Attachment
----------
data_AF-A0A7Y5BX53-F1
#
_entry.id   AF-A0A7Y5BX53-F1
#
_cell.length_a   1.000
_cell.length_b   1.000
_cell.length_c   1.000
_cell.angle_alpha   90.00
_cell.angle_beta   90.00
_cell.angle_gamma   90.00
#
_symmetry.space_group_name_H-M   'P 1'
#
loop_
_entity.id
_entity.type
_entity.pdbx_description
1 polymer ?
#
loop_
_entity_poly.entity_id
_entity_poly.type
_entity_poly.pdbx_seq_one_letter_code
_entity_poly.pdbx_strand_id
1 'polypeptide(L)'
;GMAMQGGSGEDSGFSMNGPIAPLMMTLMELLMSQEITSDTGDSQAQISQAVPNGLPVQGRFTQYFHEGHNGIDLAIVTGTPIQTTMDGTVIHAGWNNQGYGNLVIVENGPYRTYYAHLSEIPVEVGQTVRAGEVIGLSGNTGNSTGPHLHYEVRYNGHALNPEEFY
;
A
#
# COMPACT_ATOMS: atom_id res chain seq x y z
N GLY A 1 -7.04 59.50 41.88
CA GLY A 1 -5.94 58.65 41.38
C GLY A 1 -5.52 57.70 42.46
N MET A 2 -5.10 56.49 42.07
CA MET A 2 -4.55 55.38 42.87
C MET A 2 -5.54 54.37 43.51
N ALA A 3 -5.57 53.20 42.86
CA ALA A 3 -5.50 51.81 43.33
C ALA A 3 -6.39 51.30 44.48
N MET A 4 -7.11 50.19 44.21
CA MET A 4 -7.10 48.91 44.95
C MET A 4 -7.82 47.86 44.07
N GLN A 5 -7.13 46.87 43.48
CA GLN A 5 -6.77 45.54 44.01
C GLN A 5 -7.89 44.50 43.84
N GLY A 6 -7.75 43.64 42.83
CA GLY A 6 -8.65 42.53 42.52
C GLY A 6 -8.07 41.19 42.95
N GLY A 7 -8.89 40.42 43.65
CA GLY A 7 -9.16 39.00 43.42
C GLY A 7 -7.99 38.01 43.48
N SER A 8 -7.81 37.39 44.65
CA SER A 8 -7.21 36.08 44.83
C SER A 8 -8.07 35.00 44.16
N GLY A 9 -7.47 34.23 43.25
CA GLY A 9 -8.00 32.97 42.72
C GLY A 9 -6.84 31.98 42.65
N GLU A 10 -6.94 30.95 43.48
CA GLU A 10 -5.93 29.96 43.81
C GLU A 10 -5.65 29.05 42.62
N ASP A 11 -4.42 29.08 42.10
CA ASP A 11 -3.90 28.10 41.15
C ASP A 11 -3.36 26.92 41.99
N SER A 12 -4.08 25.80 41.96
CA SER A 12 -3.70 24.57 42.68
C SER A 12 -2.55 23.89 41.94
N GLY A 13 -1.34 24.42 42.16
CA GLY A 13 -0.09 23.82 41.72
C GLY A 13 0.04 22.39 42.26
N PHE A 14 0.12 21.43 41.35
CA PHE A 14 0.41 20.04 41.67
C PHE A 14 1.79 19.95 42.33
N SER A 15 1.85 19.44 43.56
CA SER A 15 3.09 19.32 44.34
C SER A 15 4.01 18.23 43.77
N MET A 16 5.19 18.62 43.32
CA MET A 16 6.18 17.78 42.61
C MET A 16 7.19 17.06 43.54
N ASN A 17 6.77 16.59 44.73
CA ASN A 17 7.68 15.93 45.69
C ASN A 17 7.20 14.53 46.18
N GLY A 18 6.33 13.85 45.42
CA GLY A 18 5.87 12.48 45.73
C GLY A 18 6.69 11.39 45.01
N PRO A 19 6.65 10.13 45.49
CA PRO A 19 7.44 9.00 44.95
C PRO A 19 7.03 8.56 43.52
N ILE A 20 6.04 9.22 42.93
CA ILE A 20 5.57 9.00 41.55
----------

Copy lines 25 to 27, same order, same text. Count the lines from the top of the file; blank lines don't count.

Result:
1 'polypeptide(L)'
;GMAMQGGSGEDSGFSMNGPIAPLMMTLMELLMSQEITSDTGDSQAQISQAVPNGLPVQGRFTQYFHEGHNGIDLAIVTGTPIQTTMDGTVIHAGWNNQGYGNLVIVENGPYRTYYAHLSEIPVEVGQTVRAGEVIGLSGNTGNSTGPHLHYEVRYNGHALNPEEFY
;